In Java, you can define multiple top level classes in a single file, providing that at most one of these is public (see JLS §7.6). See below for example.

  1. Is there a tidy name for this technique (analogous to inner, nested, anonymous)?

  2. The JLS says the system may enforce the restriction that these secondary classes can't be referred to by code in other compilation units of the package, e.g., they can't be treated as package-private. Is that really something that changes between Java implementations?

e.g., PublicClass.java:

package com.example.multiple;

public class PublicClass {
    PrivateImpl impl = new PrivateImpl();

class PrivateImpl {
    int implementationData;
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    +1 Good questions. I've never really given the matter much thought, since it's almost never necessary to do this. – Michael Myers Feb 25 '10 at 18:47
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    note that this is a vestigial feature; it would never have been possible if java had had nested classes from the beginning. – Kevin Bourrillion Feb 25 '10 at 23:10

My suggested name for this technique (including multiple top-level classes in a single source file) would be "mess". Seriously, I don't think it's a good idea - I'd use a nested type in this situation instead. Then it's still easy to predict which source file it's in. I don't believe there's an official term for this approach though.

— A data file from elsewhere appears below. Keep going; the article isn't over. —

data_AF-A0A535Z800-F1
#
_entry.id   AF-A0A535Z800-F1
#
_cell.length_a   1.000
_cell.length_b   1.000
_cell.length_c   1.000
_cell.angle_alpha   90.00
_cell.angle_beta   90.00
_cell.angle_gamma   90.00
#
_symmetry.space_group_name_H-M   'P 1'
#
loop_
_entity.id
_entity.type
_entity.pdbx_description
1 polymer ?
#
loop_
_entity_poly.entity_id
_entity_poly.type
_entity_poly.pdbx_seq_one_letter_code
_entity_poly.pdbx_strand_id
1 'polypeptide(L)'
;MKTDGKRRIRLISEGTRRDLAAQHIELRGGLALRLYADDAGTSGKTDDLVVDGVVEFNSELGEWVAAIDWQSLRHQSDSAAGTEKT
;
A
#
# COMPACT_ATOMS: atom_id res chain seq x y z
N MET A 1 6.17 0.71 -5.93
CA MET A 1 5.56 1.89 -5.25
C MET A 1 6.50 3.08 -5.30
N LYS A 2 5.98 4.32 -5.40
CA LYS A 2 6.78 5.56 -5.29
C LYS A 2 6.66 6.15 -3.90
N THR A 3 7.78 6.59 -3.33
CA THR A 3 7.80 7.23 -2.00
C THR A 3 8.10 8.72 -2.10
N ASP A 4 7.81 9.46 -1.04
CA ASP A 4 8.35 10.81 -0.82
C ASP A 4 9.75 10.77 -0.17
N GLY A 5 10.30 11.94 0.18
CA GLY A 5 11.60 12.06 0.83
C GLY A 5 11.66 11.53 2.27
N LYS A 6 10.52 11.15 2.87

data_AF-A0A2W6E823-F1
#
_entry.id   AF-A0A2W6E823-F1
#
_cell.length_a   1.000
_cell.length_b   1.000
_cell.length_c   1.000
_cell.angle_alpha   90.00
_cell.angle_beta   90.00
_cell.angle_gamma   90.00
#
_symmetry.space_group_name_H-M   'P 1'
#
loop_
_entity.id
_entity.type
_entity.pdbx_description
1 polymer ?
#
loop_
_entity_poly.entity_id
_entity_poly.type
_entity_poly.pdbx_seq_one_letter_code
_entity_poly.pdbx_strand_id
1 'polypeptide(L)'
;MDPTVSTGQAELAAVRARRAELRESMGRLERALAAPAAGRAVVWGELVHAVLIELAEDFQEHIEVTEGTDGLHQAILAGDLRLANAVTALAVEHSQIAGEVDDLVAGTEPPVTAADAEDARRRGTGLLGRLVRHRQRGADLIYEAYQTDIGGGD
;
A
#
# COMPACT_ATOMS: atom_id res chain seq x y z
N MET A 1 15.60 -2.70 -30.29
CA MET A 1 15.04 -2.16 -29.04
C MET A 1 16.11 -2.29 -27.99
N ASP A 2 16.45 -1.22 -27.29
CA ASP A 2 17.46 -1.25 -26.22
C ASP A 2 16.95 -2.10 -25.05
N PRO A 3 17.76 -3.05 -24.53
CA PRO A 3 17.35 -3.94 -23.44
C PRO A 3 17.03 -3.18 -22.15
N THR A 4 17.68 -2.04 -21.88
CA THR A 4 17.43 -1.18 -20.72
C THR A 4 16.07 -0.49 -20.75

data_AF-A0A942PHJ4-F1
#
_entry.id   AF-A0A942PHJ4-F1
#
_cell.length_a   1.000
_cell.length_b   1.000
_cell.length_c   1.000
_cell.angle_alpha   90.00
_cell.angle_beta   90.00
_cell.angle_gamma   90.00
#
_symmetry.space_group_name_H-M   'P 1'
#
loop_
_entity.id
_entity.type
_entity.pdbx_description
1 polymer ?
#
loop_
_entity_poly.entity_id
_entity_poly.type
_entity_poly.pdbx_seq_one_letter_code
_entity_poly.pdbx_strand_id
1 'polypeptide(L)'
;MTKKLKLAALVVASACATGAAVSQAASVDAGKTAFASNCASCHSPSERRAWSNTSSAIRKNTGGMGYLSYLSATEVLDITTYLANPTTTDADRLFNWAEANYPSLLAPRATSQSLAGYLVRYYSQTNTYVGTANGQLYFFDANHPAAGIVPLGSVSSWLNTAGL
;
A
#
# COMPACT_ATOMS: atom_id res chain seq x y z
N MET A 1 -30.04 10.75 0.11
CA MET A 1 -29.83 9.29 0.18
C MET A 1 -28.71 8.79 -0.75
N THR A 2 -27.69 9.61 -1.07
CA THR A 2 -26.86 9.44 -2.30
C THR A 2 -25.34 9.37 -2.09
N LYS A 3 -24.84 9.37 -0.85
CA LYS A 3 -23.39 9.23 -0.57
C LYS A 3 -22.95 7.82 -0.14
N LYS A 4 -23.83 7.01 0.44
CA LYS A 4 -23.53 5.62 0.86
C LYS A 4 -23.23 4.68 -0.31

As for whether this actually changes between implementations - I highly doubt it, but if you avoid doing it in the first place, you'll never need to care :)

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    I'm not the downvoter, but the fact this answer is something that could be called "normative" (ie. "you should" instead of "in fact ... however ...") is the most likely reason for it to get a downvote I think. It doesn't actually answer any of the questions. Like raising an irrelevant exception instead of returning anything / raising an exception that has information about actual facts instead of opinions. – n611x007 Jul 6 '12 at 6:19